President Barack Obama admitted Sunday that the US and China had experienced "friction" over US insistence of media inclusion during the G20 leaders summit, but said he would not apologize for standing up for a free press.

"We think it's important that the press have access to the work that we're doing, that they have the ability to answer questions," Obama said at the Group of 20 meeting. "And we don't leave our values and ideals behind when we take these trips."

The dispute over press access arose as soon as Air Force One landed in the eastern Chinese city of Hangzhou on Saturday.

A group of journalists accompanying Obama was held back as he exited the plane, with a Chinese official yelling at the White House staff to remove the reporters from the tarmac altogether.

A White House official told the Chinese that it was the US president and a US plane, so the US press would remain on the scene.

The Chinese official yelled back, "This is our country."

The official also had an exchange with National Security Advisor Susan Rice and Deputy National Security Advisor Ben Rhodes as they attempted to walk nearer to the president.

"They did things that weren't anticipated," Rice said later of the incident.

Tensions continued Sunday when part of the media pool trailing Obama was not allowed near the welcome reception at the G20 summit.

Obama insisted that the visit at which he and Chinese President Xi Jinping had taken action on climate change had "been extraordinarily productive."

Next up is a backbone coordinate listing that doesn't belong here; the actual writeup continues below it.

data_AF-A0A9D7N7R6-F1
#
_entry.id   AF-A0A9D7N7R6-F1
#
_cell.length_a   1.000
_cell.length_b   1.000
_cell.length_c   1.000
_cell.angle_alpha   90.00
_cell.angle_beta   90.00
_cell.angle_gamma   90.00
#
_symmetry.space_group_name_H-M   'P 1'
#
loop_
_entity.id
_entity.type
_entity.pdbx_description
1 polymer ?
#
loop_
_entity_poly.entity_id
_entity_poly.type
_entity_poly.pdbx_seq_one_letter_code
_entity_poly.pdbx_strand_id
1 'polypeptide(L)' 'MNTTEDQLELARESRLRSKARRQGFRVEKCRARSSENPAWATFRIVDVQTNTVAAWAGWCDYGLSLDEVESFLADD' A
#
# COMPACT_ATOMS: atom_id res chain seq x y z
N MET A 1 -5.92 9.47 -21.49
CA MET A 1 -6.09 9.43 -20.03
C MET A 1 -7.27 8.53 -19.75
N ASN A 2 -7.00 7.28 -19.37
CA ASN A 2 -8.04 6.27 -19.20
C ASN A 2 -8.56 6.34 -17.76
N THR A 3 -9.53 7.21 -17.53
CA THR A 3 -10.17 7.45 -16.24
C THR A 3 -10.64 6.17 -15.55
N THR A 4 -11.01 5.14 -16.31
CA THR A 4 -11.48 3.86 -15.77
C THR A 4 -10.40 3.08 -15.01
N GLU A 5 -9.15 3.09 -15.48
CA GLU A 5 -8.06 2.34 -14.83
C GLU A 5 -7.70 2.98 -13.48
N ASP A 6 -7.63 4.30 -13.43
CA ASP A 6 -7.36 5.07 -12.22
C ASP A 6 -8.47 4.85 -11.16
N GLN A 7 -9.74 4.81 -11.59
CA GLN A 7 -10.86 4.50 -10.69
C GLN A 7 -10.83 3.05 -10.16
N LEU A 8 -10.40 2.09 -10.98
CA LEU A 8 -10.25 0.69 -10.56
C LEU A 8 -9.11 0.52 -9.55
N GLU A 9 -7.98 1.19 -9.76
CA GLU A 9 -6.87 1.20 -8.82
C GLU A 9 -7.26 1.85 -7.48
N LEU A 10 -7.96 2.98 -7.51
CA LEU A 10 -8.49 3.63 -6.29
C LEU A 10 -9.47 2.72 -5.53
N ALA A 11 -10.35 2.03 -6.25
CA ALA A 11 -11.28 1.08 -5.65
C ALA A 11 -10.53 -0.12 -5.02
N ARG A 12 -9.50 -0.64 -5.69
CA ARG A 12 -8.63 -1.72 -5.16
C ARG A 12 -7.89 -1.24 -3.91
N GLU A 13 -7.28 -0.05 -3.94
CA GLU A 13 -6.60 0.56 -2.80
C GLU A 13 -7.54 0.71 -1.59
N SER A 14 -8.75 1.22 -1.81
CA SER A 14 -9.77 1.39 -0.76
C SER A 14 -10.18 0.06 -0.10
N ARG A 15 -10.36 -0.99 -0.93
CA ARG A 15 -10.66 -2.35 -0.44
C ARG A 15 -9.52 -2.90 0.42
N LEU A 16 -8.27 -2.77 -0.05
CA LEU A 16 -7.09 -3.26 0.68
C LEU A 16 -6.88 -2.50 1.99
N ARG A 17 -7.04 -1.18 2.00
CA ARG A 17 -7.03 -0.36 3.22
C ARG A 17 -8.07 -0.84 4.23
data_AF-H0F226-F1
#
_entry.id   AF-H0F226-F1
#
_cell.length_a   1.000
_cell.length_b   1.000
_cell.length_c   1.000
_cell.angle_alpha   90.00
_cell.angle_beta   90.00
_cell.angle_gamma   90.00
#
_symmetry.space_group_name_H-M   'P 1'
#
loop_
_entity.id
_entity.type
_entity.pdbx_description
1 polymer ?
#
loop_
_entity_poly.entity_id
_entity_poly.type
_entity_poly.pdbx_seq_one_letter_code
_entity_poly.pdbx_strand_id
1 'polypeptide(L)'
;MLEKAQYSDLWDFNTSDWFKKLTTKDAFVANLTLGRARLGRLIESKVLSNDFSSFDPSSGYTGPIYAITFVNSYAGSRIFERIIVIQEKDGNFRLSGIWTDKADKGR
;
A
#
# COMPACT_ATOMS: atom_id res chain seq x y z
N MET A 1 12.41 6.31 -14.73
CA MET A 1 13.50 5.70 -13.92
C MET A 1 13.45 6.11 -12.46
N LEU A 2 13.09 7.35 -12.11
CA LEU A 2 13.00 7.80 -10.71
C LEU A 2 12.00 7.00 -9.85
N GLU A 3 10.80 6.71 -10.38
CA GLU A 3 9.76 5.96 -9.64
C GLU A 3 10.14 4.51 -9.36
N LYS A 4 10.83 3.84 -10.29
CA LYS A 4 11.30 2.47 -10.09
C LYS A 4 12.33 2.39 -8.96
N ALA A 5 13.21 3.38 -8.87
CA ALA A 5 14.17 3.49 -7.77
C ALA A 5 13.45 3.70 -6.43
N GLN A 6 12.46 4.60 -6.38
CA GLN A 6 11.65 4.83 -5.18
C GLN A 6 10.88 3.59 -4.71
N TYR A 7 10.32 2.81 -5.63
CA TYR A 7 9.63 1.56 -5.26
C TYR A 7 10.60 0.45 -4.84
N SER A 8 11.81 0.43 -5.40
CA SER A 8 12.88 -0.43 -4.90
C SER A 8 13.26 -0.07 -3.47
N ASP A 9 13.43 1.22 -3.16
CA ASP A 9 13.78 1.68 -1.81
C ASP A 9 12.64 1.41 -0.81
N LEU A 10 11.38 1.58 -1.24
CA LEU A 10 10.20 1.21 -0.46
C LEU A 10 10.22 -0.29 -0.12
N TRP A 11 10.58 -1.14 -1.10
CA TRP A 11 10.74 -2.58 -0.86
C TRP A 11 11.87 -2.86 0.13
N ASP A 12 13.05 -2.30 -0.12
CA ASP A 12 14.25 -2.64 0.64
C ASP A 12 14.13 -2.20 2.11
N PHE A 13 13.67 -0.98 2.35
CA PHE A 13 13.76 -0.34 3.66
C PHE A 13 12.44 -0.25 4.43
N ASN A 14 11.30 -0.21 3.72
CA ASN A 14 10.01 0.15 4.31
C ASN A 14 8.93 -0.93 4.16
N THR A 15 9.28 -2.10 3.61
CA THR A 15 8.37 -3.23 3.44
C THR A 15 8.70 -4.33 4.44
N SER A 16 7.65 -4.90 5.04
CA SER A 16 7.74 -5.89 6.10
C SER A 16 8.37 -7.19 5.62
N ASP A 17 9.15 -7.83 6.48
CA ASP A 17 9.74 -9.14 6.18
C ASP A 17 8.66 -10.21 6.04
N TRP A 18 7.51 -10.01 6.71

But the two leaders clashed on a variety of policy issues, with Xi rejecting criticism from Obama on the Chinese policy in the South China Sea.

In discussions before the G20 summit with Obama, Xi urged the US to play rather "a constructive role" in preserving peace and stability in the South China Sea, state media reported Sunday.

China will "unswervingly" protect its territorial sovereignty and maritime interests, Xi said at a dinner with Obama late Saturday.

The Foreign Ministry also sharply rejected statements Obama made in an interview with US broadcaster CNN.

"We've indicated to them that there will be consequences," he said of China's actions in the South China Sea.

"Part of what I've tried to communicate to President Xi is that the United States arrives at its power, in part, by restraining itself," Obama said. "You know, when we bind ourselves to a bunch of international norms and rules it's not because we have to, it's because we recognize that over the long term, building a strong international order is in our interests."

The United States had no right to make "irresponsible remarks" over the South China Sea, China asserted, with a ministry spokesman noting that Washington has not yet ratified the United Nations Convention on the Law of the Sea (UNCLOS). 

An international court at the Permanent Court of Arbitration in The Hague recently upheld a complaint brought by the Philippines about contested islets in the South China Sea, which holds key shipping lanes and is believed to be rich in mineral and marine resources.

China refused to take part in the arbitration and said the verdict was null and void. 

The US has been clear that it will not hesitate to raise concerns with China over issues that also include concerns over cybersecurity and human rights violations.

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